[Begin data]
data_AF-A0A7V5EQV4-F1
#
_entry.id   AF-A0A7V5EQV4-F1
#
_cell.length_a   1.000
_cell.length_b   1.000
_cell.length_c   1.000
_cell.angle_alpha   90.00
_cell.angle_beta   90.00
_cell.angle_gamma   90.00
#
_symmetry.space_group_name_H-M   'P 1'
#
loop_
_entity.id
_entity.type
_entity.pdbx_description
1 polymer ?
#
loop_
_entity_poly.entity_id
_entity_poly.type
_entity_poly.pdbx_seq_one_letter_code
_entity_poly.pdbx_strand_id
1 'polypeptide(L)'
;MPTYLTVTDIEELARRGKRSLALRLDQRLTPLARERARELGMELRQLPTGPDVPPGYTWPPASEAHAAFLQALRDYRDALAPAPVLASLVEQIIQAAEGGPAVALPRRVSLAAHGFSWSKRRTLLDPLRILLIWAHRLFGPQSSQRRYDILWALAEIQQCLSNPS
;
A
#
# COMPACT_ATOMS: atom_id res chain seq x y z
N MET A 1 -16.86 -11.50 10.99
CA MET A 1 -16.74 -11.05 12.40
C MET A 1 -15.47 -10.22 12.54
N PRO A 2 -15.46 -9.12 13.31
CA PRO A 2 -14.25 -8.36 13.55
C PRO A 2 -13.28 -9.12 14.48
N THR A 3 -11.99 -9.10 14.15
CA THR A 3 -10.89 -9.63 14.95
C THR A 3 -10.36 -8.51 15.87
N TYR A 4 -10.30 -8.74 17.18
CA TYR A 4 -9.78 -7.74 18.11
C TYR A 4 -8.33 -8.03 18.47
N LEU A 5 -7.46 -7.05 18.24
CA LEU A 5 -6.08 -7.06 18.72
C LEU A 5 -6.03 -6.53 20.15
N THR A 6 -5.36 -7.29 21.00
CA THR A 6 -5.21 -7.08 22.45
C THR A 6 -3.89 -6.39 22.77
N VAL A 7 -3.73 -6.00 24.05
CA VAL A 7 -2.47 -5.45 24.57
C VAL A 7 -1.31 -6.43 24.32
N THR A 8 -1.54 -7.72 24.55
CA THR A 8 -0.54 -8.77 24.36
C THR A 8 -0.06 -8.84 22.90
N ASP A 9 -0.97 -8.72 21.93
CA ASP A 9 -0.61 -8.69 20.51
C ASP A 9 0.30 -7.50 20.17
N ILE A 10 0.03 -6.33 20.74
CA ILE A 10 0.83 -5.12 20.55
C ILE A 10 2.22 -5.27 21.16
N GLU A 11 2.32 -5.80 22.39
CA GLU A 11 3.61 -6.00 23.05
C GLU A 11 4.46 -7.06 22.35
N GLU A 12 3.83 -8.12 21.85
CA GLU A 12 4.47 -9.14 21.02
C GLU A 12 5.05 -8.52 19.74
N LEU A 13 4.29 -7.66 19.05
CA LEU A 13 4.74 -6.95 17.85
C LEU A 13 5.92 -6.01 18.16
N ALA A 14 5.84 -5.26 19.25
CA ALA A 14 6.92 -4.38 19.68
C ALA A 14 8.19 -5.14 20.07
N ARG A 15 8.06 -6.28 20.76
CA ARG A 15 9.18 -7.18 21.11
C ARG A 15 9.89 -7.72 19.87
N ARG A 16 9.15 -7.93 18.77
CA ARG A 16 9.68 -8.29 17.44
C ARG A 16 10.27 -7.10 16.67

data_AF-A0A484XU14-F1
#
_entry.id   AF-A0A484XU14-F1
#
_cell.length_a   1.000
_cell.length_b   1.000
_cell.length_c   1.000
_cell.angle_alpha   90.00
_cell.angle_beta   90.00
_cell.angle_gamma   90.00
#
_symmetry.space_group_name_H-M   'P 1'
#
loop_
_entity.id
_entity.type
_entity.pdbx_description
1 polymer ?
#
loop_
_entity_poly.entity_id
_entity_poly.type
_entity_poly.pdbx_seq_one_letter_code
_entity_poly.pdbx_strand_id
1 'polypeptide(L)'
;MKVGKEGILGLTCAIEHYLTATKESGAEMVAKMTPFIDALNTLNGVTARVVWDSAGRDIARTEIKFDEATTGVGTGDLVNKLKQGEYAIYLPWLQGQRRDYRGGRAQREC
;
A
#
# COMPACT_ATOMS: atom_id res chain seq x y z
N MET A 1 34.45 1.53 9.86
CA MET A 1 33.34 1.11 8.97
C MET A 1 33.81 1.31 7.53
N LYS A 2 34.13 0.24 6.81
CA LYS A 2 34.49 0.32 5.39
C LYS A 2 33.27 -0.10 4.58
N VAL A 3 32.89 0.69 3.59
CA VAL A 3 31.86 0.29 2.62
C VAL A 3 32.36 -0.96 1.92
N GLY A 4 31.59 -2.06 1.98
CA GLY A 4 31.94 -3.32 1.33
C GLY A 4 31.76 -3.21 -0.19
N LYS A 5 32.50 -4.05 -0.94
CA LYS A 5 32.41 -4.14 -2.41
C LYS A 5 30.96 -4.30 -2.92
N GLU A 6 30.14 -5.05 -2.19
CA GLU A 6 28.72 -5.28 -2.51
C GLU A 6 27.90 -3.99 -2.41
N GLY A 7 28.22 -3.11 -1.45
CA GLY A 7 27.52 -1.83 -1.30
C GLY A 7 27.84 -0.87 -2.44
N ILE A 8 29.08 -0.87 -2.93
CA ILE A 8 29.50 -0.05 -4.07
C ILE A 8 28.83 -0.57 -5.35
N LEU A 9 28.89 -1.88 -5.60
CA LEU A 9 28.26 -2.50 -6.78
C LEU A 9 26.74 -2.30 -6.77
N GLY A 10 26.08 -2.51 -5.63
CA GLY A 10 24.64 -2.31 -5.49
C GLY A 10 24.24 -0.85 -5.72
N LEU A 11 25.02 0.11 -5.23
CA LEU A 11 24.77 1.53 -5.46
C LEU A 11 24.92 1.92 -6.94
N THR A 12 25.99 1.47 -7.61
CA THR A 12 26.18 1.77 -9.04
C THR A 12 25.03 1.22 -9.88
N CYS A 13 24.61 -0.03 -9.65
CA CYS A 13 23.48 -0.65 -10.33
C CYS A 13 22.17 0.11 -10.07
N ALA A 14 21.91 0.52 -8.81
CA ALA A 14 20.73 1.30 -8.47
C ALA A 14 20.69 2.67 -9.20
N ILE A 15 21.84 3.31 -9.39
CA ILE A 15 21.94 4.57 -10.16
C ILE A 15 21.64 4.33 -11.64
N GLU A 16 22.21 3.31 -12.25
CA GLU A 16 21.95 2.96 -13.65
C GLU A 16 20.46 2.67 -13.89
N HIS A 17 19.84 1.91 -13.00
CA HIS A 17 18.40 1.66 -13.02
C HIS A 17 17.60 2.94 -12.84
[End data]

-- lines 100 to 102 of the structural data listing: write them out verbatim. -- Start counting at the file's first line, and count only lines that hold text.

_entity_poly.type
_entity_poly.pdbx_seq_one_letter_code
_entity_poly.pdbx_strand_id